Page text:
Duck enclosures need a lot of air flow and a way for moisture to escape. In the floor of duck house I drilled small holes so that water, duck poo and other liquids can drain out of the bottom. The holes allowed me to later hose down the enclosure when it needed to be cleaned.
For the roof of my enclosure I used a steel screen from a storm door. That screen top actually dictated the size of the house. I felt so clever when I thought of how to repurpose that screen.
My duck house was going to be inside the barn. I used to keep my ducklings running free in a horse stall in the barn but, I learned that small animals can still harm my feather babies in the stall and I needed added protection for small predators. Because my duck house was indoors I did not need a roof to protect from the elements, just small animals.
I liked the stiff metal top because the birds were going to perch on it. I later learned that they will also poop all over it and anything under the screen. Also, steel or not, with enough force everything bends. It was a learning process. Ha.
You’ll notice I am not showing any pictures…..it doesn’t exist anymore. These are some big birds. In no time their fat feathery butts managed to bend the steel screen and separate the walls from the 2x4s.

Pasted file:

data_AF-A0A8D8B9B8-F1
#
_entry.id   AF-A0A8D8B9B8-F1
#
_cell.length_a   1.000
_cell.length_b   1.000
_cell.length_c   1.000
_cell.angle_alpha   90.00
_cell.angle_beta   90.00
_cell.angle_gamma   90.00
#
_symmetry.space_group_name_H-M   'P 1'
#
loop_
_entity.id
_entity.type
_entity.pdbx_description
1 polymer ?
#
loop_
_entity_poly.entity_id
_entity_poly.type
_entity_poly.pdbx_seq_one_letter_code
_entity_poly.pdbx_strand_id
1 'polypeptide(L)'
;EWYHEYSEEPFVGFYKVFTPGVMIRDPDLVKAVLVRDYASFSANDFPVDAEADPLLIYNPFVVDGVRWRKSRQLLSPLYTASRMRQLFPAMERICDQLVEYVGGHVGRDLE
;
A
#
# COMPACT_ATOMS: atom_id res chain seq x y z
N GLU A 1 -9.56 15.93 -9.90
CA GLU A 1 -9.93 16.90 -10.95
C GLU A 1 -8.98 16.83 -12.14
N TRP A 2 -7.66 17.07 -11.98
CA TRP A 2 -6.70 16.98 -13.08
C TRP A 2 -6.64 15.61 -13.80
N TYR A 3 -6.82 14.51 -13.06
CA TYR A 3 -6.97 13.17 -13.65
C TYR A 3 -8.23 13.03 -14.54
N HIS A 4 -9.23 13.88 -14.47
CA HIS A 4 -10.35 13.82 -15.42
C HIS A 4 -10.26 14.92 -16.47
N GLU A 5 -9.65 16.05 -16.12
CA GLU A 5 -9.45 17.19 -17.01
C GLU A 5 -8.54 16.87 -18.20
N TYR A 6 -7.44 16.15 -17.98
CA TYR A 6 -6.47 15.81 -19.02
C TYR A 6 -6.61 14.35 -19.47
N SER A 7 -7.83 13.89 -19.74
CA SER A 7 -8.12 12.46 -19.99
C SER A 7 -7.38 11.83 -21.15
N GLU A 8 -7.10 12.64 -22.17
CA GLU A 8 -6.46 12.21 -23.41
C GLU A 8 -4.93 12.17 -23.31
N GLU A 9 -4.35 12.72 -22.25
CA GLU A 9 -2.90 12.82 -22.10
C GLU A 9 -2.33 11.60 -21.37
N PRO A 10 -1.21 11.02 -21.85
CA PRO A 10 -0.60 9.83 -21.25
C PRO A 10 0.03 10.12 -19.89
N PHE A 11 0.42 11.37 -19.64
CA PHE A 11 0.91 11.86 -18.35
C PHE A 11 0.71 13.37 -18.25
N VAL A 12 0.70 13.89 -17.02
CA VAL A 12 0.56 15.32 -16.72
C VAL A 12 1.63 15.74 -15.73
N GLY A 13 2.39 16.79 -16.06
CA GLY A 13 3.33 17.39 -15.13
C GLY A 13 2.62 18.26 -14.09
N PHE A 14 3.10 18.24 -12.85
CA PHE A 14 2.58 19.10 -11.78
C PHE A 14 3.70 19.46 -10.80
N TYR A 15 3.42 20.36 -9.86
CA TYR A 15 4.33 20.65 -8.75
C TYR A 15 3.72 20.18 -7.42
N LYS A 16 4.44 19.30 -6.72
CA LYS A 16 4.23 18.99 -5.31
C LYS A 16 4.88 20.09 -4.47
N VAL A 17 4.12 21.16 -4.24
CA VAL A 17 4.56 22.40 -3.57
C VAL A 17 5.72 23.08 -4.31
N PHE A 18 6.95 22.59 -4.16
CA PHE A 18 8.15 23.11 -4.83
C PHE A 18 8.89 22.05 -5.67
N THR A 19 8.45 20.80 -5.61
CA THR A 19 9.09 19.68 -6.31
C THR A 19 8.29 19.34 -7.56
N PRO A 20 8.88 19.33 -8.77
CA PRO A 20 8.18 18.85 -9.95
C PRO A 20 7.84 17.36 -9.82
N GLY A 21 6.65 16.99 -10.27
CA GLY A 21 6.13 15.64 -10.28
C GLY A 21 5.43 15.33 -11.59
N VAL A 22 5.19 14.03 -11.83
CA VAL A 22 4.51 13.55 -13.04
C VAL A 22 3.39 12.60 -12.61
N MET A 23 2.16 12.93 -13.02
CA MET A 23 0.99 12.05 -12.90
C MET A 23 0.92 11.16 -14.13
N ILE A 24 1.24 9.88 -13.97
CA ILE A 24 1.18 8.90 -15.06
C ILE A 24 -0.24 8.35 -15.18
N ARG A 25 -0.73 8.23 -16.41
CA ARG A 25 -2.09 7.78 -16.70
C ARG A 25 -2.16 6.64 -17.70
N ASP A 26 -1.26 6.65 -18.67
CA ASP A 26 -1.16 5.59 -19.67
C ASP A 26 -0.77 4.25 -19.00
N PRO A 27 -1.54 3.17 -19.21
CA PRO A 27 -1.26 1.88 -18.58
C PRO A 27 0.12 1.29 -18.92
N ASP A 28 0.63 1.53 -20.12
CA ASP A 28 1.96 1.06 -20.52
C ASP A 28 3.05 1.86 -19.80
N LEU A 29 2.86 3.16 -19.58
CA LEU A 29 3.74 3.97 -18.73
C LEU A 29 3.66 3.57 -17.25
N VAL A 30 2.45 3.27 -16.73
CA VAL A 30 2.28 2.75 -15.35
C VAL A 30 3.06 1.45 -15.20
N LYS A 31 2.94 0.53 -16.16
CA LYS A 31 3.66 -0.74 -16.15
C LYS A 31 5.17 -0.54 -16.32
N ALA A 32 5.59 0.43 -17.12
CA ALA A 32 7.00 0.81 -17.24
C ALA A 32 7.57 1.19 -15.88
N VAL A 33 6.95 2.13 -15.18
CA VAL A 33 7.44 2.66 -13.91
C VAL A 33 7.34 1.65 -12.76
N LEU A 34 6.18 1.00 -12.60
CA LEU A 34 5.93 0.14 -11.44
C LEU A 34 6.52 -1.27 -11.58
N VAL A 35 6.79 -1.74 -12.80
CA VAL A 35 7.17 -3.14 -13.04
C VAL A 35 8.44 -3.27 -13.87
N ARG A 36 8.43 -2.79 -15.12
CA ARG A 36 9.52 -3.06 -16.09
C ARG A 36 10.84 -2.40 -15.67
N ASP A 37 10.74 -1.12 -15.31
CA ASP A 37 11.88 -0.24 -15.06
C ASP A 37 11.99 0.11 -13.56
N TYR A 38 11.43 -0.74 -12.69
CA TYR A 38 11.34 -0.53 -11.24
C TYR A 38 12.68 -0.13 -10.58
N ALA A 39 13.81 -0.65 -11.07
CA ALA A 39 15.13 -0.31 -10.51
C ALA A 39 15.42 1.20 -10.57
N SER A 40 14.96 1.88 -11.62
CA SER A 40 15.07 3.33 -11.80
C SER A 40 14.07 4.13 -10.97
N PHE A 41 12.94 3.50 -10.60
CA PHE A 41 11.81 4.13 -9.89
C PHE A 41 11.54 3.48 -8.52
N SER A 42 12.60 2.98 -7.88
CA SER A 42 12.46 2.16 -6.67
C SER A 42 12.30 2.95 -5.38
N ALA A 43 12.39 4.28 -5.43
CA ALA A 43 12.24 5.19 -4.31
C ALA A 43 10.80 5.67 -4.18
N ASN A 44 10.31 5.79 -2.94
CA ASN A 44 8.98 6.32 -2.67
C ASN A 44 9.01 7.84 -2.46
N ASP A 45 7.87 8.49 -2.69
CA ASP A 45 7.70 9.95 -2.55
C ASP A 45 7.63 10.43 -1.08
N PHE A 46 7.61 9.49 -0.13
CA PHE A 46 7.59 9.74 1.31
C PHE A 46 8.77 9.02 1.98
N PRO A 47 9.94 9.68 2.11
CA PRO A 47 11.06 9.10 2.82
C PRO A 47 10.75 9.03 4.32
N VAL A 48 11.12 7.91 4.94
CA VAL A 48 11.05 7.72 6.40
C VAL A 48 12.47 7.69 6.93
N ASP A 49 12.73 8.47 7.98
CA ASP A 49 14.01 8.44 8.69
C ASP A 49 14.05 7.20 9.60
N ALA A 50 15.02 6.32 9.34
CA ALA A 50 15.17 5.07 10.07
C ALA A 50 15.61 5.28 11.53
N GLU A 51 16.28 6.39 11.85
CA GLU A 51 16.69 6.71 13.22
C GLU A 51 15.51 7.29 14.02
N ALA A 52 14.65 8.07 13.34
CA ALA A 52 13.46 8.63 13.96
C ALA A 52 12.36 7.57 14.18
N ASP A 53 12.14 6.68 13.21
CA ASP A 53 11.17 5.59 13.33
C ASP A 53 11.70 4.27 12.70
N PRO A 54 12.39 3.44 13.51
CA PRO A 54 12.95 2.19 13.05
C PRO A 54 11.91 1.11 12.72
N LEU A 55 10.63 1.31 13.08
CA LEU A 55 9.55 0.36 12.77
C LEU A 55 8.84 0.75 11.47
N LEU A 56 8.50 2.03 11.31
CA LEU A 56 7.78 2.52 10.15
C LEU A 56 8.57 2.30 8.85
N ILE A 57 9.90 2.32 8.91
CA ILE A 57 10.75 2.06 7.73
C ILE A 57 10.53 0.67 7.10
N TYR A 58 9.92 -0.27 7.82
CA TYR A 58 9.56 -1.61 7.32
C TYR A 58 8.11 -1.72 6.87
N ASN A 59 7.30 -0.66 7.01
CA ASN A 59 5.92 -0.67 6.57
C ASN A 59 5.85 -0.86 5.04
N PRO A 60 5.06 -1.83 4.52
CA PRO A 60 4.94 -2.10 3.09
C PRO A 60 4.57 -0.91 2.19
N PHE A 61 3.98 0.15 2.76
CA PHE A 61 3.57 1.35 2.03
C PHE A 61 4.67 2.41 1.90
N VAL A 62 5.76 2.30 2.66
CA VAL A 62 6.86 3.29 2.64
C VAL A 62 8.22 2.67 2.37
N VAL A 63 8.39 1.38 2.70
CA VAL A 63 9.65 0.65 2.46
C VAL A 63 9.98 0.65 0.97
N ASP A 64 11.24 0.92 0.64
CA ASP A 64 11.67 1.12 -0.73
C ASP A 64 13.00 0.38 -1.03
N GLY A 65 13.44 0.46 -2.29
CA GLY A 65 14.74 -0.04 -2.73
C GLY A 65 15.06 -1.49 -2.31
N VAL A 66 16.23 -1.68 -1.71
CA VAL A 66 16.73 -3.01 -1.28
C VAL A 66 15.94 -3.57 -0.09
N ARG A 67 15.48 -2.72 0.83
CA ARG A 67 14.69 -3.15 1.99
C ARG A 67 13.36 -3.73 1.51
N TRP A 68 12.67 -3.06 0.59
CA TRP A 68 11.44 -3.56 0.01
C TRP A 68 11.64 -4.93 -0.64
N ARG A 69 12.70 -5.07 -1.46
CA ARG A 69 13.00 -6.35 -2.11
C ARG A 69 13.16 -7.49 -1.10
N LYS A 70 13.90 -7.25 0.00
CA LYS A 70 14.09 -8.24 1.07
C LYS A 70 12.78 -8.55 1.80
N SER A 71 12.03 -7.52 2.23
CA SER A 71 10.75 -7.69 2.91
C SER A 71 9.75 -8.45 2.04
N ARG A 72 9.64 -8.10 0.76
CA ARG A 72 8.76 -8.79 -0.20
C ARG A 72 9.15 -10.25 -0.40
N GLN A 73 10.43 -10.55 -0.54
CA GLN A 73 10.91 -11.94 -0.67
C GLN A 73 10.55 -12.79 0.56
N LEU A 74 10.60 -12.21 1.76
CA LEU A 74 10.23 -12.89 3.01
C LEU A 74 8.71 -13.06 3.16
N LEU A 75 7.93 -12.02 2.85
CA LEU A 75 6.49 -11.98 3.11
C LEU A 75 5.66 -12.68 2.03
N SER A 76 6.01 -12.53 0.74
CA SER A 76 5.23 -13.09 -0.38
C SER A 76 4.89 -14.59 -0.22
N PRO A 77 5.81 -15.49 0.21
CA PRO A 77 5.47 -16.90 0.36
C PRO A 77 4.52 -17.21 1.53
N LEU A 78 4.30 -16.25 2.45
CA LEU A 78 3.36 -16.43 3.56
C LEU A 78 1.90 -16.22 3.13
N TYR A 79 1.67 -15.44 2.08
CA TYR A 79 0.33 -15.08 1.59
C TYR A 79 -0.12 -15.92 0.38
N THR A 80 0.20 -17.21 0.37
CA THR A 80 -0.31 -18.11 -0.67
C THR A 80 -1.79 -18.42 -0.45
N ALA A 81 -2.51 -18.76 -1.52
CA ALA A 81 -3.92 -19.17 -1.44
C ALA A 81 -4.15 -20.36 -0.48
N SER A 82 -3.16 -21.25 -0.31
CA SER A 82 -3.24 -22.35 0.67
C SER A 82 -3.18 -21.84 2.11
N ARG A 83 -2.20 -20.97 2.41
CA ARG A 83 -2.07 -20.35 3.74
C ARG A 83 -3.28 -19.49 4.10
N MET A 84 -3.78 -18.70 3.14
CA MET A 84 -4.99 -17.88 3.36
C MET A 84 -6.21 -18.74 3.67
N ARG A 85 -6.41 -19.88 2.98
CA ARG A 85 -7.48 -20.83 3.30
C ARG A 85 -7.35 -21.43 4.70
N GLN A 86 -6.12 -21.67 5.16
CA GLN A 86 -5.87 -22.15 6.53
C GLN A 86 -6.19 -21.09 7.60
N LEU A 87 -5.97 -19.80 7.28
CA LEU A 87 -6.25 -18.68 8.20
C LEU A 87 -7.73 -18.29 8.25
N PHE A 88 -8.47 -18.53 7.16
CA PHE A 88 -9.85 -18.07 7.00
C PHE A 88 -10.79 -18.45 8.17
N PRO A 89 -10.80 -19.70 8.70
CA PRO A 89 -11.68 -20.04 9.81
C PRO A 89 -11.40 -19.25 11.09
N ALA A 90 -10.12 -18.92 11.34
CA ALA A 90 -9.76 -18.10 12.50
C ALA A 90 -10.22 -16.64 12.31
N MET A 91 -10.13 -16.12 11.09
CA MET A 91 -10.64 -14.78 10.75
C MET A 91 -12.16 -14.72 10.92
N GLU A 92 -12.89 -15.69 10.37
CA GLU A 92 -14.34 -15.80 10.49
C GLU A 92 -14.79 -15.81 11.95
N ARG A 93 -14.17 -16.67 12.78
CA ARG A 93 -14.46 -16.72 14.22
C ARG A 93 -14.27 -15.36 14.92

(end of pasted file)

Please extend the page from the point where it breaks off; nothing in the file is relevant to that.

The front of the duck house was my crowing achievement though. Some of the scrap wood that was left behind when we moved in had grooves carved in them and enabled a sliding door to be built without any hinges or attachments. The top and bottom boards were attached to the 2x4s in the front corners and the “door” slid into the grooves perfectly and allowed me to open and close the duck house by just sliding the door.
My babies were safe at last.
But this isn’t a story about the duck house/nesting box. This is the story of Goldie defending her first clutch of eggs from Gladys the Bronze Turkey.
Goldie laid 12 eggs in the nesting box. I had no idea this was going on until long after she had been sitting on them for awhile. She was still a baby duck in my eyes and I couldn’t fathom my baby having her own babies. Also, it was December in Michigan and well below freezing.
I only figured out what was going on when I realized that I didn’t see her move from that spot for a few days. It was not until she got up to eat one day that saw the eggs. She actually hid them before leaving the nest, but I watched her cover them with straw so her plan was foiled!
The plan with the ducks was always to eat their eggs. I don’t want to be a duck breeder, just a mama. Well, like I said before, I didn’t know she had laid the eggs so I had no clue how long they had been sitting there. No way I was gonna risk eating them and finding a duckling.